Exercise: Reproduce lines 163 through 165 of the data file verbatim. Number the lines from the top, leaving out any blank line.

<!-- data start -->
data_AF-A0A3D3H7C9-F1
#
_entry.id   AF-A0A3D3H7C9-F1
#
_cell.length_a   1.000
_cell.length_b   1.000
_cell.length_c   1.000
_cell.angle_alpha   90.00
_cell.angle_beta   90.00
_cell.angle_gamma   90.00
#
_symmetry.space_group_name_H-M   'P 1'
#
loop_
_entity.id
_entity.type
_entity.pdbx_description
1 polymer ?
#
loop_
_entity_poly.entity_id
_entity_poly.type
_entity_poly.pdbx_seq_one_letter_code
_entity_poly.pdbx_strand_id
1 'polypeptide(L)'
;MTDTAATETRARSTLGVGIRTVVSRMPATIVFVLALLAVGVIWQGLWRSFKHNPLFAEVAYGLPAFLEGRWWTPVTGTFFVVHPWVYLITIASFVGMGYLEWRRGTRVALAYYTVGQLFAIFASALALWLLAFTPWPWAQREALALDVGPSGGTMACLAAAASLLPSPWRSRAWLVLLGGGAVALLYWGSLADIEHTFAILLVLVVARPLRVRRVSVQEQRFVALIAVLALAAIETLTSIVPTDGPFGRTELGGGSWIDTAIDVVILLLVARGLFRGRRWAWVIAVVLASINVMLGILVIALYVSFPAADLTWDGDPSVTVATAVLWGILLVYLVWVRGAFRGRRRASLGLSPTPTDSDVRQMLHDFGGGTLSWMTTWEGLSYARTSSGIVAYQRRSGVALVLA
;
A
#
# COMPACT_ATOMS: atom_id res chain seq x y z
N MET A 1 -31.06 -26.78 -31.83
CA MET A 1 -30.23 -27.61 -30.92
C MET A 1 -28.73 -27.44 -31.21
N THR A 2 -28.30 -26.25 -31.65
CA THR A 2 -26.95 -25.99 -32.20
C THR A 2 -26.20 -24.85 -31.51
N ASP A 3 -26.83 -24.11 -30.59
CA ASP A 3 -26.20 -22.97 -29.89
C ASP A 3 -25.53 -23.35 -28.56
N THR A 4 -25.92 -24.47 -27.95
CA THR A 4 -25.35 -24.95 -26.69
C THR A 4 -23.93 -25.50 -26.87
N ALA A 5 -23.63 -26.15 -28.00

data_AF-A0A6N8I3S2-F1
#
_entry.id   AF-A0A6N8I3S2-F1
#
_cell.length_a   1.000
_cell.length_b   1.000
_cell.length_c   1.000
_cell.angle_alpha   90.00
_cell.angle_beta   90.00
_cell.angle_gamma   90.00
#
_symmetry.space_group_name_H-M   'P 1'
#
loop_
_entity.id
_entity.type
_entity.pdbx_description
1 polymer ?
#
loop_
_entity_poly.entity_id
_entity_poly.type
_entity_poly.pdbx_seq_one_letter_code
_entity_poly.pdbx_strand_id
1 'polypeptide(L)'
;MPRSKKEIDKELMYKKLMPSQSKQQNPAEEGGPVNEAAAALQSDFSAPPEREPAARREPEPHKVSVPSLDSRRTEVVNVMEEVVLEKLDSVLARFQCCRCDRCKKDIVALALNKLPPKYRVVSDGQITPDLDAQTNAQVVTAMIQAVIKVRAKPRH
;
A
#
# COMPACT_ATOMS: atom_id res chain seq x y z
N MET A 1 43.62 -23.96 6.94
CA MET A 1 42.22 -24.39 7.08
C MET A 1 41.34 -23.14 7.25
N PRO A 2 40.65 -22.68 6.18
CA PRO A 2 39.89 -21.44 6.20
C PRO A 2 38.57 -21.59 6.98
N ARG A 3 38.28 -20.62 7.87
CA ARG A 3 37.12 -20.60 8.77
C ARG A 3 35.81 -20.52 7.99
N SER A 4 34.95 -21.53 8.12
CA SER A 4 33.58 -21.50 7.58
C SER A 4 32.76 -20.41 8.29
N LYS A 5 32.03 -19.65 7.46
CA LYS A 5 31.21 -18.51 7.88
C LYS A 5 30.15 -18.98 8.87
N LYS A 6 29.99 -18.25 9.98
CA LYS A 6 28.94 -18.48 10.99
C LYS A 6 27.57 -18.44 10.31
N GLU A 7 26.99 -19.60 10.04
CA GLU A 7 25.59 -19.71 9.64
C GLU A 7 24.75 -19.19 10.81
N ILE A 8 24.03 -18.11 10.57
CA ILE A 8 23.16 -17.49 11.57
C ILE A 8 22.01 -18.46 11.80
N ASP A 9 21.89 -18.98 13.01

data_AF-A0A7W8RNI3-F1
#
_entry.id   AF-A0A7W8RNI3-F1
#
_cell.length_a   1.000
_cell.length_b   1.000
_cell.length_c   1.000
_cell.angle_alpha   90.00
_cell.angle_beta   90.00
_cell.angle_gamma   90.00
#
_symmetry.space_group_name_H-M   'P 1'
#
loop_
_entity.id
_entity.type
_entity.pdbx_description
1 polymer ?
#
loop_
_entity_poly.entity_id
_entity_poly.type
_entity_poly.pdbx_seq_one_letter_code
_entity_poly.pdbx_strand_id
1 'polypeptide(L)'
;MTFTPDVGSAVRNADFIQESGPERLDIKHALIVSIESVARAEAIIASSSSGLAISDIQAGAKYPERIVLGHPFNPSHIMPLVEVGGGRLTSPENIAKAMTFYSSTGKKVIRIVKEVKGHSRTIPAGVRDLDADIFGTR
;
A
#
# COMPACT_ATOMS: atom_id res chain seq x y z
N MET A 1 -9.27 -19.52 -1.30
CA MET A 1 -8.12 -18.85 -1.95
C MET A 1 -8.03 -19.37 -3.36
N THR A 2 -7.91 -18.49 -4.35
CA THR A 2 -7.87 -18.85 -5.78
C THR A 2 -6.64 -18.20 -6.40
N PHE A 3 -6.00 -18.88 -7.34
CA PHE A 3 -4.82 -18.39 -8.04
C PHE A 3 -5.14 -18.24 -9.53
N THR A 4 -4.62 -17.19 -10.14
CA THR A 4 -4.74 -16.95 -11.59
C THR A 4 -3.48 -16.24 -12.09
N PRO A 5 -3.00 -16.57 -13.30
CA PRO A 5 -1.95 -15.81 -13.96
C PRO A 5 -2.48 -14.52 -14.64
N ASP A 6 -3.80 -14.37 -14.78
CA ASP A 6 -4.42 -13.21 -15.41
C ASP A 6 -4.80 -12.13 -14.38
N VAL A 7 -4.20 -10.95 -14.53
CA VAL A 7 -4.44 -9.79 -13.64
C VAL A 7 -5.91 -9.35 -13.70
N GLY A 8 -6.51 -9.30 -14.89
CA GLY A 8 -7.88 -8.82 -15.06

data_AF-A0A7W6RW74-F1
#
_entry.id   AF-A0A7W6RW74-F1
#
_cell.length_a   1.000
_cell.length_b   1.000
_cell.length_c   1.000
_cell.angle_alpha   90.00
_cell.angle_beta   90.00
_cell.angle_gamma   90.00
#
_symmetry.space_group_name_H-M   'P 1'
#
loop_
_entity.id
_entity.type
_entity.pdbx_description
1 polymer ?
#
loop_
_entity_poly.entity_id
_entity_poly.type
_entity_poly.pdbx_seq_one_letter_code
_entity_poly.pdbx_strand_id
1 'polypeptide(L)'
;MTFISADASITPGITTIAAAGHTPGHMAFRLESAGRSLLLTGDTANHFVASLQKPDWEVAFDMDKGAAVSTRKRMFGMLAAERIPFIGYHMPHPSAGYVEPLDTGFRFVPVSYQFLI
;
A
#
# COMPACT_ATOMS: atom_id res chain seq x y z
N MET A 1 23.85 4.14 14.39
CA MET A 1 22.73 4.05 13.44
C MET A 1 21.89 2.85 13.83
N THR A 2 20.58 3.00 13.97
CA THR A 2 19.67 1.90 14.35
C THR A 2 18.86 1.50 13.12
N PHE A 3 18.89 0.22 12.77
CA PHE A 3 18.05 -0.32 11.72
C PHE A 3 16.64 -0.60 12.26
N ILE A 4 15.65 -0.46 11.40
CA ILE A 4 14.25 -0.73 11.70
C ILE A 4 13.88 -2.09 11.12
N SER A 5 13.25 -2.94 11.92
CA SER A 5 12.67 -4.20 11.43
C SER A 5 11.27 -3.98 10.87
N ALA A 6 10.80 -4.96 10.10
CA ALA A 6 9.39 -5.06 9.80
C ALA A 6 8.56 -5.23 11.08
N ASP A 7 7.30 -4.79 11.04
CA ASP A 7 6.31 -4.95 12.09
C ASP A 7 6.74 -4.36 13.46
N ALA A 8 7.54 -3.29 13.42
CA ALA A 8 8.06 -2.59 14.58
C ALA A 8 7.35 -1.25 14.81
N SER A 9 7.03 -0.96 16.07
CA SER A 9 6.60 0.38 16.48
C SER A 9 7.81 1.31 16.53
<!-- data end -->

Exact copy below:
_symmetry.space_group_name_H-M   'P 1'
#
loop_